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You are here : 3-RX.com > Medical Encyclopedia > Special Topics > Oxygen Therapy
      Category : Health Centers > Respiratory System (Lungs and Breathing)

Oxygen Therapy

Alternate Names : O2 Therapy

Oxygen therapy is a medical treatment that provides extra oxygen to the tissues of the body through the lungs, a process known as respiration.

What is the information for this topic?

Oxygen is a colorless, odorless, tasteless gas that is essential for the body to function properly. The body needs oxygen to survive. The heart relies on oxygen to beat and pump blood. If not enough oxygen is circulating in the blood, it's hard for the tissues of the heart to keep pumping. Supplemental oxygen is used to treat medical conditions in which the tissues of body do not have enough oxygen, including:

  • asthma, a chronic disease causing intermittent narrowing of the airways
  • chronic bronchitis, with long-term irritation of the airways
  • anemia, or a low red blood cell count
  • pneumonia
  • pulmonary edema, a condition in which extra fluid accumulates in the lungs
  • congestive heart failure, a condition in which a weakened heart fails to pump enough blood to the body cells
  • Oxygen is also used to treat victims of smoke inhalation. It helps reduce the spasms and swelling that smoke causes in the lungs. Mountain climbers and pilots use supplemental oxygen when they are at heights where there is not enough oxygen in the atmosphere.

    In the hospital, oxygen is used during surgery to help give anesthesia. After surgery, a person may be given oxygen for a short time to help awaken from the anesthesia. Oxygen is also given to improve the results of some treatments.

    There are several ways to give oxygen. A compressed gas cylinder, called an oxygen tank, is the most common way. Oxygen is also given through a special unit called an oxygen concentrator. This device removes most of another gas, nitrogen, from the air, which makes the oxygen more concentrated.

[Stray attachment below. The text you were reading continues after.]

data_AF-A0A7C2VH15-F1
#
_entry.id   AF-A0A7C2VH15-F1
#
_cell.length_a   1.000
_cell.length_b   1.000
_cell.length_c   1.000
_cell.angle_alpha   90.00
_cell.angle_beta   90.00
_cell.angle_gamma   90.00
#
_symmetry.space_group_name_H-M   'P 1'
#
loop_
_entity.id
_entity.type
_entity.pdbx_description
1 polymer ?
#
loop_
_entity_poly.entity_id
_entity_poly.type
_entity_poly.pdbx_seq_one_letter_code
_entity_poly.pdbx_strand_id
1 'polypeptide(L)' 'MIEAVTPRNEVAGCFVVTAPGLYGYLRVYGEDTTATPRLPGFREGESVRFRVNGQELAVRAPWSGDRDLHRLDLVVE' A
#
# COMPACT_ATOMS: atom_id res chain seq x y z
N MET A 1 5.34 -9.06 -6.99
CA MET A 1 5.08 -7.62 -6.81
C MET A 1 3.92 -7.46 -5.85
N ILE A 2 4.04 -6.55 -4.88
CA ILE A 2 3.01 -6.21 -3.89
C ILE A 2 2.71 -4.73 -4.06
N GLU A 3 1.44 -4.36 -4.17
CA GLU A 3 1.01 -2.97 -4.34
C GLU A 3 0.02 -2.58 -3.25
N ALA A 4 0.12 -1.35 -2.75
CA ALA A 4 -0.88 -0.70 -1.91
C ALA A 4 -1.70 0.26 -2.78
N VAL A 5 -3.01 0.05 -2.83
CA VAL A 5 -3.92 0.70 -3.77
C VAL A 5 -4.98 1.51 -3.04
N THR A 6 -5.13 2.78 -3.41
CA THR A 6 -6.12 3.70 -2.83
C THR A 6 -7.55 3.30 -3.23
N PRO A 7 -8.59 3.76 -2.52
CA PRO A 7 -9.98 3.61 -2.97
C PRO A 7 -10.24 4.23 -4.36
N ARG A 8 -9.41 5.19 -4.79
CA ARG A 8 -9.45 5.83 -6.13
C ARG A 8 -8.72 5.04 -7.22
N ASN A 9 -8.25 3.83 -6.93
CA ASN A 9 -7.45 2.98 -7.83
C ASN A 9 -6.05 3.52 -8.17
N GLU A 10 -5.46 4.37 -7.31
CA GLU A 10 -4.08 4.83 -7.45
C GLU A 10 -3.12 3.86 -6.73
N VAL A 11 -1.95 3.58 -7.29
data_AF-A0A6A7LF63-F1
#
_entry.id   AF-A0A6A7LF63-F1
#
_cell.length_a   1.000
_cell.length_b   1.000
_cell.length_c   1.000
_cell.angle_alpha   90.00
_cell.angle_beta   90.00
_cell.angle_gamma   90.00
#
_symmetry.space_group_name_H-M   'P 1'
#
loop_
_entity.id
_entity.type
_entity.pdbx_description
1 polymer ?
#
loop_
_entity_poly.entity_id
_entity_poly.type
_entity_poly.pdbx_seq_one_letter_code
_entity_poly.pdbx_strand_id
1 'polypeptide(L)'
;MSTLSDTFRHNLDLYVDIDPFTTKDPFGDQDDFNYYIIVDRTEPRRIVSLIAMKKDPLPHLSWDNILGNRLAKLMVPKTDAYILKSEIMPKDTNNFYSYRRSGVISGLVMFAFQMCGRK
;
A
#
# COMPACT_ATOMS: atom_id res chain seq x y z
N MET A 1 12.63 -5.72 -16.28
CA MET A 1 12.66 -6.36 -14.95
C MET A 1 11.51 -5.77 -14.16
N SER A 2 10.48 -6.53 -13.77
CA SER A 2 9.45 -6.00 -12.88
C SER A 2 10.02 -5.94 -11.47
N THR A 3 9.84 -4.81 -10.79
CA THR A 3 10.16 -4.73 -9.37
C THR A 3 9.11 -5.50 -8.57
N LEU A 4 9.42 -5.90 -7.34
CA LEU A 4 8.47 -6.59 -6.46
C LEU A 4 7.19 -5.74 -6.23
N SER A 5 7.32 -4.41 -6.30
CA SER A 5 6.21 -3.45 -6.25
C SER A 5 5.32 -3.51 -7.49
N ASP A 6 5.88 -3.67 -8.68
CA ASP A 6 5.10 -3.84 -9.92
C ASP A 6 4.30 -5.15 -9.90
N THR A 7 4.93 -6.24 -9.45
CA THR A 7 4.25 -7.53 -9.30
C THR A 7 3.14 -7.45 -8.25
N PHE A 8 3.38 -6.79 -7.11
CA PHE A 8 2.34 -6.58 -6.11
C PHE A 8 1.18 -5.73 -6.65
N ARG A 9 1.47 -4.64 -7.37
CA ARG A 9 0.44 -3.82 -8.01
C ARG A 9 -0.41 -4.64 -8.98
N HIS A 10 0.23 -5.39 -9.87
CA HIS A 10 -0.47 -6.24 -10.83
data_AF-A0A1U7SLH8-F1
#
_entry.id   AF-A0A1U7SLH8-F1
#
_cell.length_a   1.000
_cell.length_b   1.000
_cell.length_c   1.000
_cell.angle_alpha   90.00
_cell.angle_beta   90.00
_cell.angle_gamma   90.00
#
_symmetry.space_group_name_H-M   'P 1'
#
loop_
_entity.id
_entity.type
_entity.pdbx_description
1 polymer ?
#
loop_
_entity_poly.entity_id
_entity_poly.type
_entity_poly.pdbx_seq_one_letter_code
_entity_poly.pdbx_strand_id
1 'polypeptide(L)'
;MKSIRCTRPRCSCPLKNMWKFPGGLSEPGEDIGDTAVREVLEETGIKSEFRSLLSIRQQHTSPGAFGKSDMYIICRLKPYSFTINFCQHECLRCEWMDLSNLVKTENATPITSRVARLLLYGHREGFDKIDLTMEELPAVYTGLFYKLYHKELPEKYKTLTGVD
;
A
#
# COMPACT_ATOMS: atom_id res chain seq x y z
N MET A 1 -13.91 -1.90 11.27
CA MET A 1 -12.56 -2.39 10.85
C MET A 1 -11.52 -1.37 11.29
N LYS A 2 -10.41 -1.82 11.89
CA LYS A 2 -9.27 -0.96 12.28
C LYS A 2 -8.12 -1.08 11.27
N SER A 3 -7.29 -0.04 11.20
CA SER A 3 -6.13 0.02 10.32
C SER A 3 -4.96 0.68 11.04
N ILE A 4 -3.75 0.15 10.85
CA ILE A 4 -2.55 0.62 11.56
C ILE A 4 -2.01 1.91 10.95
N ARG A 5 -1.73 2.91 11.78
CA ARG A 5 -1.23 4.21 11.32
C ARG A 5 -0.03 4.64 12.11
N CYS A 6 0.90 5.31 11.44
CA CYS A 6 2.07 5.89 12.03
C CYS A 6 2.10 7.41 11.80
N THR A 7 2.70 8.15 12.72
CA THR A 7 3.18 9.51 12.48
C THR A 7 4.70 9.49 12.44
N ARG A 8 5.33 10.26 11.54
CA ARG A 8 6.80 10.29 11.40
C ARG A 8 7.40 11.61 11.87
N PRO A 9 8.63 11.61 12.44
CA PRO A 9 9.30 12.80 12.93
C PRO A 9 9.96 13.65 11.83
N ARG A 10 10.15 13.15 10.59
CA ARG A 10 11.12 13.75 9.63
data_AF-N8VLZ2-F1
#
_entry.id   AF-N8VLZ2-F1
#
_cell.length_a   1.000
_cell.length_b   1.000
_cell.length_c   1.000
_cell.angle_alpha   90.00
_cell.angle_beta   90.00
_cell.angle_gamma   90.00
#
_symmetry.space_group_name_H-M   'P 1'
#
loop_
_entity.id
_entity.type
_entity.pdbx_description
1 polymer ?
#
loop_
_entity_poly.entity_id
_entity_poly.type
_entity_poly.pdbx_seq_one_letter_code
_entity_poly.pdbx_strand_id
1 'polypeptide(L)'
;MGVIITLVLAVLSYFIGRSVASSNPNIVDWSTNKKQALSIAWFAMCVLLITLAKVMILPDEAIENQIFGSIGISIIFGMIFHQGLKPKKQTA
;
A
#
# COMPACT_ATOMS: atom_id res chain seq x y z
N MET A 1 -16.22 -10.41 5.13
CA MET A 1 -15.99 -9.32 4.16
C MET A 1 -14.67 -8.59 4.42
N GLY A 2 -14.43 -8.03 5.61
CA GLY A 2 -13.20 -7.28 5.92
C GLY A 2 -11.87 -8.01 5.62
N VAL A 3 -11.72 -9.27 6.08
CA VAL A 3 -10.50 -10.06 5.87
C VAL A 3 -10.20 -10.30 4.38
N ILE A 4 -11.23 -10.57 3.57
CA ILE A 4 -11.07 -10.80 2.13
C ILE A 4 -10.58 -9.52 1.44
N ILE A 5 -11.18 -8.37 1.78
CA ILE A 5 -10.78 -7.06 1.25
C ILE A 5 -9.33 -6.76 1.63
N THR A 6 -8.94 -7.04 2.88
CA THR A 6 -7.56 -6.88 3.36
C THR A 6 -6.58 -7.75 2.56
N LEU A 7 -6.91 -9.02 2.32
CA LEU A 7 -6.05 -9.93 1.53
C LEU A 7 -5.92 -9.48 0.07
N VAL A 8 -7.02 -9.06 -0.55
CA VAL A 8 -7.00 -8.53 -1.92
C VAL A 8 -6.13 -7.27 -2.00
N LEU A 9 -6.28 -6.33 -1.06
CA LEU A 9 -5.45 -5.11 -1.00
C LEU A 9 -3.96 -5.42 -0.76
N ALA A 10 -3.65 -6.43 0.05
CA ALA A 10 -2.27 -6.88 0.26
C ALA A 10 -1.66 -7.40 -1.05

The oxygen is delivered to the person from the oxygen tank or concentrator through tubing attached to a mask, a tent, or a nasal cannula. A nasal cannula is tubing that is placed a short distance into each nostril. The way oxygen is given depends on the person's age of the person and the condition being treated. Usually adults and older children use a nasal cannula. Children may need to use an oxygen mask or tent.

    Oxygen is very drying to the tissues of the body, especially the nose. Distilled water is used to add moisture to the oxygen. The moisture protects the delicate lining of the nose.

    Oxygen therapy can be given at home. Someone who has asthma, chronic obstructive pulmonary disease (COPD), or congestive heart failure may use oxygen at home. One of the goals of home oxygen therapy is to lessen the need for emergency department visits and hospital stays. The proven benefits include longer survival, fewer hospitalizations, and better quality of life. The person is taught how to use the oxygen tank, how to change the tubing, and when the oxygen needs to be used.

    The cost of oxygen therapy in the home ranges from $300 to $500 a month. Medicare covers about 80% of the cost if certain requirements are met. Private insurance plans also cover most of the cost of oxygen therapy.

    Hyperbaric oxygen (HBO) is another form of oxygen therapy. In this treatment, compressed oxygen is given at a high level of pressure. The person is placed inside a special pressure chamber. The chamber is a large tube with clear glass on the top and sides. The chamber is sealed and pressurized. The person then breathes 100% oxygen given at a pressure more than 1 1/2 times the normal atmospheric pressure. HBO is used to treat many conditions, including:

  • carbon monoxide poisoning
  • gangrene, or tissue death and infection
  • burns
  • infections
  • some wounds that won't heal
  • severe smoke inhalation
  • decompression sickness
  • Oxygen therapy is an essential treatment in many conditions. But certain precautions must be taken when using oxygen. Oxygen and fire do not mix. Electrical equipment, such as heating pads, radios, and hair dryers, should be kept away from the area. No one should smoke where oxygen is being used. Any combustible material, such as alcohol, perfumes, and propane, must be kept away from oxygen tanks.

    Author: Donna Lester, RN, PHN, BSN, CCM
    Reviewer: Eileen McLaughlin, RN, BSN
    Date Reviewed: 09/04/01

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